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Working Sex(uality) for Transnational Liberal Capital- Undoing Black Haitian Life in Dany Laferrière’s Vers le Sud

Legba, from Vers le Sud, stands between Ellen and Brenda, caught in an economic arrangement that exploits his body.
Weatherford, Alan-Michael. "Working Sex(uality) for Transnational Liberal Capital- Undoing Black Haitian Life in Dany Laferrière’s Vers le Sud," American Comparative Literature Association (ACLA), UCLA, March 29-April 1, 2018.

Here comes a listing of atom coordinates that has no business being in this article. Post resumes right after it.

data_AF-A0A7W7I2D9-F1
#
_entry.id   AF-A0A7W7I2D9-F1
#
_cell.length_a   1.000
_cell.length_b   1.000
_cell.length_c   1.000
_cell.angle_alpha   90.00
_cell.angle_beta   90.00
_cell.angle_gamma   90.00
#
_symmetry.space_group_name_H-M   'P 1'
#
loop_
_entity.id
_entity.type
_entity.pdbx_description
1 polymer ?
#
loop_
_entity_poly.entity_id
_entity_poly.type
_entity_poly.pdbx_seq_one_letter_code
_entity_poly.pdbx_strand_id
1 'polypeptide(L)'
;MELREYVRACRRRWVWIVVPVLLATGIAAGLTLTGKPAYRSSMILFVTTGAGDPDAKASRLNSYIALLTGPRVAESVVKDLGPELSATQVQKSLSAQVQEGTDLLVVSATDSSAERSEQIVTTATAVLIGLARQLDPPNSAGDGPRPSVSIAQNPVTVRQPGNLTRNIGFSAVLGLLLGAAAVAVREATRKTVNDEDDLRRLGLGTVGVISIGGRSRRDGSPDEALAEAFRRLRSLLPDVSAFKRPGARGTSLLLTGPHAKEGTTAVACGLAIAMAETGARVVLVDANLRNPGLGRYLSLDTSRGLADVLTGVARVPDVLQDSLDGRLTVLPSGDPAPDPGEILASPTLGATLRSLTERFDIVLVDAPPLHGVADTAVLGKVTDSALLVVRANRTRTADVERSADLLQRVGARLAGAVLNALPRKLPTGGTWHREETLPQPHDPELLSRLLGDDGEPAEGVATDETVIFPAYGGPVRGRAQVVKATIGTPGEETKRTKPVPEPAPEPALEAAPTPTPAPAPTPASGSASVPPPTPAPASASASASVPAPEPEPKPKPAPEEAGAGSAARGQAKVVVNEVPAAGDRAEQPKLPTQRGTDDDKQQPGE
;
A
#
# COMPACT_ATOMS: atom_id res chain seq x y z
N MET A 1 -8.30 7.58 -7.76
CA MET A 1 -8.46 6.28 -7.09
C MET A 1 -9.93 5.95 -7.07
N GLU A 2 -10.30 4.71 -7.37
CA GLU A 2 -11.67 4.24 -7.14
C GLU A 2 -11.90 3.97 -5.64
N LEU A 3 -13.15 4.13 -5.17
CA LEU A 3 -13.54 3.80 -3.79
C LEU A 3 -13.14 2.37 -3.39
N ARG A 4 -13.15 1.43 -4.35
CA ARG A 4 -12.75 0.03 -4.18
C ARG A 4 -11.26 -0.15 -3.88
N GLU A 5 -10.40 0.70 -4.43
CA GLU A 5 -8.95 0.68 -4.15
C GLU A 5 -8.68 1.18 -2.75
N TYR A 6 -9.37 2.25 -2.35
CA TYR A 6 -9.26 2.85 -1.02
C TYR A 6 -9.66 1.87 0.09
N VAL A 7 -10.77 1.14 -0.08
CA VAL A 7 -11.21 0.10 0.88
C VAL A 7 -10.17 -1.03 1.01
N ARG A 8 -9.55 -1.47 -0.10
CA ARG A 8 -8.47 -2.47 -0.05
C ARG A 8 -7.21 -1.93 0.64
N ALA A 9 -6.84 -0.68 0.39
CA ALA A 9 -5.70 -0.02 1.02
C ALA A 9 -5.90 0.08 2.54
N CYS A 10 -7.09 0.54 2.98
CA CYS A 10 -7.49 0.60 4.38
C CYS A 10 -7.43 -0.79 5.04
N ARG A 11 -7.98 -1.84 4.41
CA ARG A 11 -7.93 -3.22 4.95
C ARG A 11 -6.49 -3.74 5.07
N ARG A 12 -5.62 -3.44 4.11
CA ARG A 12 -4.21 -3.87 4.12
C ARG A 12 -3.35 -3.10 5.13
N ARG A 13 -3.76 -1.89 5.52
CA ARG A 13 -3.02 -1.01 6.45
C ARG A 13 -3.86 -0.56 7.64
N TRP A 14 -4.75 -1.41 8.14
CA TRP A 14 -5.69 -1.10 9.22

This essay joins together Transnational Studies and Queer of Color Critique in order to intervene in Francophone Postcolonial Studies. In particular, it seeks to critically assess the "liberatory" potential of romance tourism, which, I argue, serves as a technology that works for neocolonialism. I, therefore, close read Lauren Cantet & Haitian-Canadian Dany Laferrière’s 2004 film, Vers le sud based on his 1997 novella, La chair du maître. Set in 1970s Haiti, the story centers around three North-American, middle-aged women who explore the limits of their sexuality away from a sexist culture back home. Once included into an economic realm granting mobility, these women narrate their liberation at the expense of the Haitian males. I read Vers le Sud, however,as an epistemological intervention by centering another character’s body: the black male prostitute, Legba, who functions as—what Gayatri Gopinath has called—an “historical archive for both individuals and communities.” Ultimately, I argue that the liberation these white women seek is built over and against the lives of Haitian men whose futures frequently result in very real death or the forced assimilation into racialized heteronormativity. My work, thus, accompanies the call for a renewed queer studies, one that reframes and regrounds it in not only the more material and state power-contesting aspects of identity, but also an intersectional and transnational analysis. How, then, does transnational liberal capital’s promise of inclusion hide biopower’s mechanisms? How can sexualized life hold itself accountable to its racializing logics? Without a transnational reading of systems of power, liberal sexuality both does neocolonialism as well as undoes black Haitian life.

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